The Good Physician

Representative Text

1 How lost was my condition,
Till Jesus made me whole,
There is but one Physician
Can cure a sin-sick soul.

There is a balm in Gilead,
To make the wounded whole,
There's pow'r enough in Jesus,
To cure a sin-sick soul.

2 The worst of all diseases
Is light, compared with sin;
On ev'ry part it seizes,
But rages most within. [Chorus]

3 'Tis palsy, plague, and fever,
And madness all combined,
And none but a believer,
The least relief can find. [Chorus]

4 A dying, risen Jesus
Seen by the eye of faith,
At once from danger frees us
And saves the soul from death.

5 Come then to this Physician,
His help He'll freely give,
He makes no hard condition,
'Tis only look and live. [Chorus]

Source: The New Praiseworthy: for the Church and Sunday School #281

Author: John Newton

John Newton (b. London, England, 1725; d. London, 1807) was born into a Christian home, but his godly mother died when he was seven, and he joined his father at sea when he was eleven. His licentious and tumul­tuous sailing life included a flogging for attempted desertion from the Royal Navy and captivity by a slave trader in West Africa. After his escape he himself became the captain of a slave ship. Several factors contributed to Newton's conversion: a near-drowning in 1748, the piety of his friend Mary Catlett, (whom he married in 1750), and his reading of Thomas à Kempis' Imitation of Christ. In 1754 he gave up the slave trade and, in association with William Wilberforce, eventually became an ardent abolitionist. After becoming a tide… Go to person page >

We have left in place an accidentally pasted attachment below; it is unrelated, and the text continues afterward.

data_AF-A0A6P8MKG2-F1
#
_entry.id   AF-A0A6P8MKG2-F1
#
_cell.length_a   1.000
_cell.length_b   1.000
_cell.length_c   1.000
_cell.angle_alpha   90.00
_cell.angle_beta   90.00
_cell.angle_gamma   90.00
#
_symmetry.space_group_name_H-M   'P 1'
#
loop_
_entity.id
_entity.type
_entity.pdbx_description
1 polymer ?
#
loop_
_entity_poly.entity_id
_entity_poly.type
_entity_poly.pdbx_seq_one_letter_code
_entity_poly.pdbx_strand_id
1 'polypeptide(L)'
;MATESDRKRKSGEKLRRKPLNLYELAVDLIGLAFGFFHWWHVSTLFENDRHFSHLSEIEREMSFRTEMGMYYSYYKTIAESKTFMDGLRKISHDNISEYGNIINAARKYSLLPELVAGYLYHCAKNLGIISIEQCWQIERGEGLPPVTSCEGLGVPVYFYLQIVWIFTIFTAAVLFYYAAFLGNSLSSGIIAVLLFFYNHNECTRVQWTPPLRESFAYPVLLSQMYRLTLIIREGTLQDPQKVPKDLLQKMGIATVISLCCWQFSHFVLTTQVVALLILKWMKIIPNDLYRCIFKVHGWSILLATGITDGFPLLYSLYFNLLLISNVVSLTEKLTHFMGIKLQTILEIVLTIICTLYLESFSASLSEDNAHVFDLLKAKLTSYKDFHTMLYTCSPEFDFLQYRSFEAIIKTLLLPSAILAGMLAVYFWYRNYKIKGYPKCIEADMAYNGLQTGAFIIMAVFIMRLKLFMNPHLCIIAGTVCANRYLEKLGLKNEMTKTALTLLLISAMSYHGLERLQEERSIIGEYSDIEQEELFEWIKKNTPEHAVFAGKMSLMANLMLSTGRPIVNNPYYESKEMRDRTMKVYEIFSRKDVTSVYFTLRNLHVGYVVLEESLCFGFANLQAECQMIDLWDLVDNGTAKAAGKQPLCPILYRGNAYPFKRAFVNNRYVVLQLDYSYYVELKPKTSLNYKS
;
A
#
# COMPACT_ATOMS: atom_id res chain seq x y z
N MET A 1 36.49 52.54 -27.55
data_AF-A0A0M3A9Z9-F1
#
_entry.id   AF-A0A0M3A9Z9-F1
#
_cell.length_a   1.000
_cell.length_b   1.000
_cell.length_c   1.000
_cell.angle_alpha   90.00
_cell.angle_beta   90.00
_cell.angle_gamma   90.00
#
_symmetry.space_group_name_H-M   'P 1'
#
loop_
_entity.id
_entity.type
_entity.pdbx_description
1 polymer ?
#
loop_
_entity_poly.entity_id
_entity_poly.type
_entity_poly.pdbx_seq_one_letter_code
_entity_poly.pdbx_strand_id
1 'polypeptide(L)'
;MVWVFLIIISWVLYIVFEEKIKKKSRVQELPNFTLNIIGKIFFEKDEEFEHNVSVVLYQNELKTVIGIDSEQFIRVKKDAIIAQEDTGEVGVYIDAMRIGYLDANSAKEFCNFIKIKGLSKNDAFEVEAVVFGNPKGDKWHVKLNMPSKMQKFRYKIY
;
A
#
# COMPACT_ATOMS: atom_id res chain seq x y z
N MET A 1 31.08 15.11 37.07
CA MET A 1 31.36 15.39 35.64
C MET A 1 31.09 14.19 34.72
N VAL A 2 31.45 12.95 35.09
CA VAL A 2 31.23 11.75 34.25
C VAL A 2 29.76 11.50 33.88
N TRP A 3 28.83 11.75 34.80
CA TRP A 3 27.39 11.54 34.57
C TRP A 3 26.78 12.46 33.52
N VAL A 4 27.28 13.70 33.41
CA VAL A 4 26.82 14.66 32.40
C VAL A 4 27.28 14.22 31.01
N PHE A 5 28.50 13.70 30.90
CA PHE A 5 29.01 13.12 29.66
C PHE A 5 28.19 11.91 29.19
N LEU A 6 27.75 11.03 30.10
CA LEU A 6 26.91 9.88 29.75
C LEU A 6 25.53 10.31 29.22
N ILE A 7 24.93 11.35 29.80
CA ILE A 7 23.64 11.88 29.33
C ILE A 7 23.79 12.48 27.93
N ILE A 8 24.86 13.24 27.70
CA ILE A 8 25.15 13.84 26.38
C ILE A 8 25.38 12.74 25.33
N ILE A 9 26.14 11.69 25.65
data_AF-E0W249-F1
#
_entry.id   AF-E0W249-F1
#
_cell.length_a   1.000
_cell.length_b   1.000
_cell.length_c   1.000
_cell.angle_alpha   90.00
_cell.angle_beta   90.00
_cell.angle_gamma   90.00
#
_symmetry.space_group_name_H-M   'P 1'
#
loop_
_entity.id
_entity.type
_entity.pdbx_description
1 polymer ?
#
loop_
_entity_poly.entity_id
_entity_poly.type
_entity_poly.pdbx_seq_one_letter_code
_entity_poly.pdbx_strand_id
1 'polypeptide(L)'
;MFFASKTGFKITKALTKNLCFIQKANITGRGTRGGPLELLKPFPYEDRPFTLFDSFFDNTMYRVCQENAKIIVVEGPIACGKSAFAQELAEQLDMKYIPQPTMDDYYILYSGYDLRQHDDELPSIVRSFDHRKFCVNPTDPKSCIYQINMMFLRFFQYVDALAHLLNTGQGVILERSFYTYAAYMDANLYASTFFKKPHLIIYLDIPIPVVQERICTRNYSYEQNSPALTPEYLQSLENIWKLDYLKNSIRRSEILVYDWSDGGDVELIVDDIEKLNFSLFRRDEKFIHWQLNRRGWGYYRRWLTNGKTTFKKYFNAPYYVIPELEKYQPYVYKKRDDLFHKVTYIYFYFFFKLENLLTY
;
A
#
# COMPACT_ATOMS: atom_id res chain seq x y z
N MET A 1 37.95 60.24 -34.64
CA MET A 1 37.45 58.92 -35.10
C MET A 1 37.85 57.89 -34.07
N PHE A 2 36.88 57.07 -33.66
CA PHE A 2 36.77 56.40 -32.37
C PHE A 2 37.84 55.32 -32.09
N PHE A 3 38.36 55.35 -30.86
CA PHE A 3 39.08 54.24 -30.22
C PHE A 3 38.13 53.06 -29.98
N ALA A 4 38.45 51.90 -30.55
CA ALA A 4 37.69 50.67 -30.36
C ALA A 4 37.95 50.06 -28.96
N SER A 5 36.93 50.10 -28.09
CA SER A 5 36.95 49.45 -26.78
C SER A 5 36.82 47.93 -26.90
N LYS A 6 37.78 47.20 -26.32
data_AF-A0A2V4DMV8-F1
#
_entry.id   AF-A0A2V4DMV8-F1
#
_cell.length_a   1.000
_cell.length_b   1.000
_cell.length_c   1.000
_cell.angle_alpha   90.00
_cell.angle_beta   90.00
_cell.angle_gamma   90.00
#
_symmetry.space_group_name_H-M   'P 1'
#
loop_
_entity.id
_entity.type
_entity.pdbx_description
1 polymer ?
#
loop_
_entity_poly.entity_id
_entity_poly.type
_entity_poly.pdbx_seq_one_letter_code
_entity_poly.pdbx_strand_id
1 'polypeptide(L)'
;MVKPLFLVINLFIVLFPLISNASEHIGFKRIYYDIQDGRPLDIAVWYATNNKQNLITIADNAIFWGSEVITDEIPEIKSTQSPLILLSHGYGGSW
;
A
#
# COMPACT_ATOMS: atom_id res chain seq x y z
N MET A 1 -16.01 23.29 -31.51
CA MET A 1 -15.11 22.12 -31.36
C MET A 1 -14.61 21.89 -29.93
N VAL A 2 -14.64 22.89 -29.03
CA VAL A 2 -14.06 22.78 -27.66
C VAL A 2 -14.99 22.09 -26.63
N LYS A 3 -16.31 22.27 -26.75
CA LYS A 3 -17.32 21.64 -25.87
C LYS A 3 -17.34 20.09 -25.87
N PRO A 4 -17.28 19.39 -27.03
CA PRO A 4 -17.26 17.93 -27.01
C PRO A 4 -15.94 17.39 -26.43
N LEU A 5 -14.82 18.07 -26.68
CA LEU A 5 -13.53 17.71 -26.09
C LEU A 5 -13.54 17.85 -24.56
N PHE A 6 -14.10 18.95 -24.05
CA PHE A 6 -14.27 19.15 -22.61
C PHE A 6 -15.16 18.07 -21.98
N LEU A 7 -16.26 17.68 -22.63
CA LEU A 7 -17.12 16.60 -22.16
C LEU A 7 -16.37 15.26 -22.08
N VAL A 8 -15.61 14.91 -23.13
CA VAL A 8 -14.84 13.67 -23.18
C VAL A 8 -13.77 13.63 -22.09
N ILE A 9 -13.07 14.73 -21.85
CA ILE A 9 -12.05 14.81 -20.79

Text Information

First Line: How lost was my condition
Title: The Good Physician
Author: John Newton
Meter: D
Language: English
Copyright: Public Domain



Instances (1 - 2 of 2)

The Colored Sacred Harp, Third Revised edition #74


The Cyber Hymnal #10419

Include 323 pre-1979 instances
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